At conferences and healthcare IT events some are searching for learning, and some are searching for connection. This month I’ve been able to attend several events and asked a number of people about the value they found from connections at the events. What did they value? Whether it be a technology company searching for physicians to partner with or a physician practice searching for learning about healthcare data, the people at a given event bring value.
I wanted to hear about what other people thought of the conference. Overwhelmingly, the most important part of conferences, according to the people that I connected with, was the conversations.
To get a more specific idea, I asked a few healthcare leaders what value they found.
Ryan Plasch weighed in on the annual conference for the American Medical Group Association (AMGA). Plasch’s company Saykara has a technology that uses Natural Language Processing (NLP) to help reduce time in electronic health records. How do they see the future of reducing physician workload? Can conferences where vendors can experience barriers to entry or make connections with physicians help?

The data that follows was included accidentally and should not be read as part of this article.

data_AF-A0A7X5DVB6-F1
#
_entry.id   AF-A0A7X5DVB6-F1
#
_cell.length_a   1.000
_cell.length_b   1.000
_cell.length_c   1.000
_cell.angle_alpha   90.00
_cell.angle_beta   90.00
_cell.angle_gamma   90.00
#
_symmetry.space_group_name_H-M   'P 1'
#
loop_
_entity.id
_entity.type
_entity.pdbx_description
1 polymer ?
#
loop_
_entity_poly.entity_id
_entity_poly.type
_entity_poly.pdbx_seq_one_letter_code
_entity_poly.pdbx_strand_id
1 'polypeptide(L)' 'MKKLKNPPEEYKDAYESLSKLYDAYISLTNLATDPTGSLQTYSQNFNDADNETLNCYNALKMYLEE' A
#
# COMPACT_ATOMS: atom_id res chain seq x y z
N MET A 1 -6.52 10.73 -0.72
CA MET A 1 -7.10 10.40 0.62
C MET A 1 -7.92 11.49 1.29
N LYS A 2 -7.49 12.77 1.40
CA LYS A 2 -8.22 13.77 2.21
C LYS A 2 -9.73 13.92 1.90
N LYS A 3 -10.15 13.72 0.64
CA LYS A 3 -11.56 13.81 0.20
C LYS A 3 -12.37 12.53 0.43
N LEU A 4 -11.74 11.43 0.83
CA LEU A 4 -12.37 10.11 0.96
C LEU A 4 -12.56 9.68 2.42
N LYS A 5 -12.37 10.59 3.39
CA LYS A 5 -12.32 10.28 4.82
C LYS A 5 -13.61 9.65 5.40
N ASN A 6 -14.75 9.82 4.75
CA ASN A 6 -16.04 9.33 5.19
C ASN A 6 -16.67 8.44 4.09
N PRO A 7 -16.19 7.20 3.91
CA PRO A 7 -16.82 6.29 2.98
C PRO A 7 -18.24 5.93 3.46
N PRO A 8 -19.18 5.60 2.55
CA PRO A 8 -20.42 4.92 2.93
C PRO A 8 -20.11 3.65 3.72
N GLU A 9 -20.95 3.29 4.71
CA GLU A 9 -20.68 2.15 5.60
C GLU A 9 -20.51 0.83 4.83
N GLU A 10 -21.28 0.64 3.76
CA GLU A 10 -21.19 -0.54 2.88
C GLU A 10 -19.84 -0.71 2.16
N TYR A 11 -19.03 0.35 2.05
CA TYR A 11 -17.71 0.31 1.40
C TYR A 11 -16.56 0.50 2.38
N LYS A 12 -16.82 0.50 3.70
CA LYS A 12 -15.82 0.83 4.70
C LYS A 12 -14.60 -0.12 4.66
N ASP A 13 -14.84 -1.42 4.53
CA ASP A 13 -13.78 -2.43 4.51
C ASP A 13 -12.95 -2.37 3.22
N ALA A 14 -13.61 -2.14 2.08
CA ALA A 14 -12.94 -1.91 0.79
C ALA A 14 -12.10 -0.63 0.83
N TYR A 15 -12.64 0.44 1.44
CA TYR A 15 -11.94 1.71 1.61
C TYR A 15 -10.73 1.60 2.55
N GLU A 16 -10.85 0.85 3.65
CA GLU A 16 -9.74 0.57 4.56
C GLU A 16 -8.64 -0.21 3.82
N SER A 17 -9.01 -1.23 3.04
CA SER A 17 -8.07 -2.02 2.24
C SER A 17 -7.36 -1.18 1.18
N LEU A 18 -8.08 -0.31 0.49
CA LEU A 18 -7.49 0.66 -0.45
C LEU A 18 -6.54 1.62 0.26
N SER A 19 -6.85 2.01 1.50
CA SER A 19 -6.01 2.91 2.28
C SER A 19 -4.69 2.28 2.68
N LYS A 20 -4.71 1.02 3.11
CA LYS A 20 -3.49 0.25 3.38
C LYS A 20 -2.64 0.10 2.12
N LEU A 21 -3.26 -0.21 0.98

Ryan Plasch and Saykara on AMGA:
“The AMGA conference gave us the opportunity to have direct contact with physicians. We hear their pain points related to the EHR, and in turn discuss how Saykara provides a solution. AI and NLP are now used to organize clinical data erasing the stress of inputting data into the EHR. As it frees them from this time-devouring task, it relieves a cognitive burden allowing for a more balanced overall life/work mix. It’s at conferences like AMGA, where we can communicate this potent message.
Our favorite part of the conference is contact with doctors. We are able to hear about their concerns and issues that make their job difficult. They talk about wanting more time to focus on the patient but are bogged down in the morass of data entry.